Chuck Keysor’s original article, “Methodism’s Silent Minority,” in 1966 sent shock waves throughout the denomination. It told evangelical Methodists that they were not alone. There were leaders who understood them, believed what they believed, and were willing to fight for the truth of the Gospel. As a result, many faithful Methodists stayed in their churches. Whereas evangelicals within other denominations felt alone and hopeless and many drifted off to more conservative churches, a strong, committed evangelical nucleus remained within the UM Church, emboldened by Keysor’s vision and courage. It’s not an overstatement to say that the history of United Methodism was forever altered the day his article was published.
In those early years, great work was required to turn thousands of hopeful United Methodists into a movement. But Good News did it. Methodists from every part of the country came together at national convocations to proclaim the faith and to work together to impact the course of General Conference. In those early years, victories were few but Keysor and others persevered. They learned how the system worked. They organized, educated, and motivated delegates to uphold our biblical faith. And they did so, always taking the high road. None better than past president Jim Heidinger who not only provided visionary leadership and backbone after Chuck Keysor, but whose picture, I’m pretty sure, you’ll find in the dictionary next to the entry “Christian Gentleman.”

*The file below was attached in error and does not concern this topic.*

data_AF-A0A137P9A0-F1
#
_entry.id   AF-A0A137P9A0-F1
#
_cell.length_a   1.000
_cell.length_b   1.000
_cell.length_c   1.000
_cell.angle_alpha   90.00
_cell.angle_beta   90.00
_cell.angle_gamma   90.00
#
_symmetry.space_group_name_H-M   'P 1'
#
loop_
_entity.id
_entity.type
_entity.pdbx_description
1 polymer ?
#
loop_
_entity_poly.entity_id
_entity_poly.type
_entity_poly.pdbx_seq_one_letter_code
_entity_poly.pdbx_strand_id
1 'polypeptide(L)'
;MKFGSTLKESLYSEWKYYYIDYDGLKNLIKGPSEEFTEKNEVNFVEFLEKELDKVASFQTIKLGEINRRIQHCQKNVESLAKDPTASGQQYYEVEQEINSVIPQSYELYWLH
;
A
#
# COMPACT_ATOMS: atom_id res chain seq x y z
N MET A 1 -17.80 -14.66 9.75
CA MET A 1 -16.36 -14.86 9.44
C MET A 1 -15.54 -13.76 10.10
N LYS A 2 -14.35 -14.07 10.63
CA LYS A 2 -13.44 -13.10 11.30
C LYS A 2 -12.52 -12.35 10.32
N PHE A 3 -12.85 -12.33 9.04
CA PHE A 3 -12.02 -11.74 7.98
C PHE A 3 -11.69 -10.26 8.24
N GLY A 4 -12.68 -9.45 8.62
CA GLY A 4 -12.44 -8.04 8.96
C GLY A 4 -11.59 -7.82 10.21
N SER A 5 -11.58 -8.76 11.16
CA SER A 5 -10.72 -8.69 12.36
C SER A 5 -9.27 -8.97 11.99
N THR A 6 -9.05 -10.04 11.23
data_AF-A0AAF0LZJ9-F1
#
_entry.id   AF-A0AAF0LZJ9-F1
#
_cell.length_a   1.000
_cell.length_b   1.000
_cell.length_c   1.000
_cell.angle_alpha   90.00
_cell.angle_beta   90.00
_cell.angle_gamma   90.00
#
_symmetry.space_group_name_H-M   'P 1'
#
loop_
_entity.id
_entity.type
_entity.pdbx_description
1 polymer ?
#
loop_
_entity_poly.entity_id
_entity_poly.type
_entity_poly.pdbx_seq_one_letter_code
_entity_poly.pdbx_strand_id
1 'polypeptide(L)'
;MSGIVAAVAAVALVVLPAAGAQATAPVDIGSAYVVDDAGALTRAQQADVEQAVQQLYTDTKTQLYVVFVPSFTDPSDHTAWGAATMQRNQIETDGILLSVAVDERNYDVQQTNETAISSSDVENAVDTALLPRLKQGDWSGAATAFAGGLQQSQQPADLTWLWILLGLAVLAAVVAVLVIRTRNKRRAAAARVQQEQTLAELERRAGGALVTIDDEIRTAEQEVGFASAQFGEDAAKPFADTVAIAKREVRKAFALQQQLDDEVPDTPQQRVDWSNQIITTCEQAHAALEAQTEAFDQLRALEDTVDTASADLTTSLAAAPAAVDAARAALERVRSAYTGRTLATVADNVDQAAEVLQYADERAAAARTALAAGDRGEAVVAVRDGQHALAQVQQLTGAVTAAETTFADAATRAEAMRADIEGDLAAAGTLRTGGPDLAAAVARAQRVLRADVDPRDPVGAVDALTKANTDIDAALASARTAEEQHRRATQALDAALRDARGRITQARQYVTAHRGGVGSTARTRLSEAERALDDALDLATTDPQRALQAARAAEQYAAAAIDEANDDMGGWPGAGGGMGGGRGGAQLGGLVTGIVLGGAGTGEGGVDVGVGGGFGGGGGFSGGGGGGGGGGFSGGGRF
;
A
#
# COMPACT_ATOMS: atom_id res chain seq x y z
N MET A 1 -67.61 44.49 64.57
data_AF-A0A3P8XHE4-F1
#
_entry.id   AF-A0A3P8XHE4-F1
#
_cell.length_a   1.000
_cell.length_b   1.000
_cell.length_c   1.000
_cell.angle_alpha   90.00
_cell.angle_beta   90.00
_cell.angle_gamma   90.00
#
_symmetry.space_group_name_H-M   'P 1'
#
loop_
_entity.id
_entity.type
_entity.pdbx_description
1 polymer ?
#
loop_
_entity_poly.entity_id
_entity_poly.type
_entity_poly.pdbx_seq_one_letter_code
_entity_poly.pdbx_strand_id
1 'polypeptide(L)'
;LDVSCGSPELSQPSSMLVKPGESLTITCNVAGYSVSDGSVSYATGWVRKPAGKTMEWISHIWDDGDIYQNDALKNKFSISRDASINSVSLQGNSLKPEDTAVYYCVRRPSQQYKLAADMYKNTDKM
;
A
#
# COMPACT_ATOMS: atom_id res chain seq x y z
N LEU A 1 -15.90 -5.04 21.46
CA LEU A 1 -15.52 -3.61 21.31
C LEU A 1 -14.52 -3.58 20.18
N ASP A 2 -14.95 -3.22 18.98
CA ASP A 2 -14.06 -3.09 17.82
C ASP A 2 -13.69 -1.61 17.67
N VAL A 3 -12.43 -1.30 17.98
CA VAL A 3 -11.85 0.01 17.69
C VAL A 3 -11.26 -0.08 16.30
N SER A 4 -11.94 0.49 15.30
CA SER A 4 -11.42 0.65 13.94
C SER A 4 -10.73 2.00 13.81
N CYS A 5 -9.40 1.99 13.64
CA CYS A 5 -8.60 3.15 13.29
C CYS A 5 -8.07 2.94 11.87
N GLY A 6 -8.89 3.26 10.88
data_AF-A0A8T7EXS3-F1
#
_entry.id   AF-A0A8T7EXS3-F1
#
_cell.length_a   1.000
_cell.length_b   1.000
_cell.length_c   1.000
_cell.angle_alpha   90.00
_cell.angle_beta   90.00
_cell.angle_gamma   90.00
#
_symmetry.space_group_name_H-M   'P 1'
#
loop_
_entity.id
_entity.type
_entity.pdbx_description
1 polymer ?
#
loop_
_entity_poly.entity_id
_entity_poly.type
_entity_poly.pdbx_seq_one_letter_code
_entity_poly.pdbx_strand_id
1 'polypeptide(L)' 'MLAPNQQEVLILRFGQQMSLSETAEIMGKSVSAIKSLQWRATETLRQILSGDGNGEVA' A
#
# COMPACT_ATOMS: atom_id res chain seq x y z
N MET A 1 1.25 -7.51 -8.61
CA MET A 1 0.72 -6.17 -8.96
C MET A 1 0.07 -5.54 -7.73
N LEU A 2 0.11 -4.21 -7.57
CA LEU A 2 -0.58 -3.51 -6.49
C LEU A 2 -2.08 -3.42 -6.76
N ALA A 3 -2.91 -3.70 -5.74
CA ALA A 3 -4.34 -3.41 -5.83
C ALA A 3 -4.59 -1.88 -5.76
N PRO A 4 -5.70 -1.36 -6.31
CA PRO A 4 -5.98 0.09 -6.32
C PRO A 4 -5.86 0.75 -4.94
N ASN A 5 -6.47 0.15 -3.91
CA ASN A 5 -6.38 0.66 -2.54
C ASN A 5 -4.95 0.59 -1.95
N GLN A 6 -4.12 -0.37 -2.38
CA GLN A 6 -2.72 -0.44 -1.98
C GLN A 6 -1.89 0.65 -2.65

What attracted me to Good News is that its staff and its board members were in the trenches, doing the work, getting their hands dirty, and fighting the battles that had to be fought. It didn’t always make them popular. The liberals attacked them. And, sadly, some evangelicals criticized them for being too strong in their beliefs. Not everyone, even conservative Christians, understand why we have had to fight to keep the church faithful. And, frankly, some see the need but they don’t have the heart to get into the fray. But that’s OK. Good News did. Long before I showed up to join the party, Good News did. And that has made all the difference.
I feel a huge debt of gratitude to those who fought the battles when they were truly difficult. Men and women who were vilified by many and mistreated by their bishops because they dared to say that The United Methodist Church was in trouble and they were committed to making it better. Shortly after General Conference this past May, I wrote the following to our team:
“I remember going to General Conference twenty years ago and my role was to pass out literature on the streets. I had no knowledge of what went on at late night sessions as our leaders strategized and made decisions. Years passed and I got to sit in the room, off to the side without saying much. More years have passed, and now we are in the middle of the room where men like Ed Robb and Ira Galloway and Bill Hinson and Maxie Dunnam once sat. It’s very humbling. I remember looking up to them – wanting to serve them and wanting them to be proud of me. They’re all gone now except for Maxie and I still feel that way about him.
“It’s our turn now. I want to honor their legacy and build on what they did. I want do what would make them proud. And I want to do it in a way that makes God proud.
“Your brother, Rob.”
It’s our turn now. All of us. The church is still in trouble and it still needs Good News. It’s our turn to work for a better day even if we’re criticized, opposed, and attacked. That’s OK because that’s always what happens when you lead. I shudder to think where the UM Church would be without the efforts of Good News in the past. And I am sure that our future will be better if we continue to believe God and struggle for a vibrant, faithful Wesleyan witness in the days to come.
I can promise you that Good News will not fail you. We will stay in this fight, I pray always taking the high road, but we will not forsake the battle for a faithful church. You deserve that of us. Those who have gone before us deserve that of us. And so does our Lord and Savior Jesus.
Rob Renfroe is the president and publisher of Good News.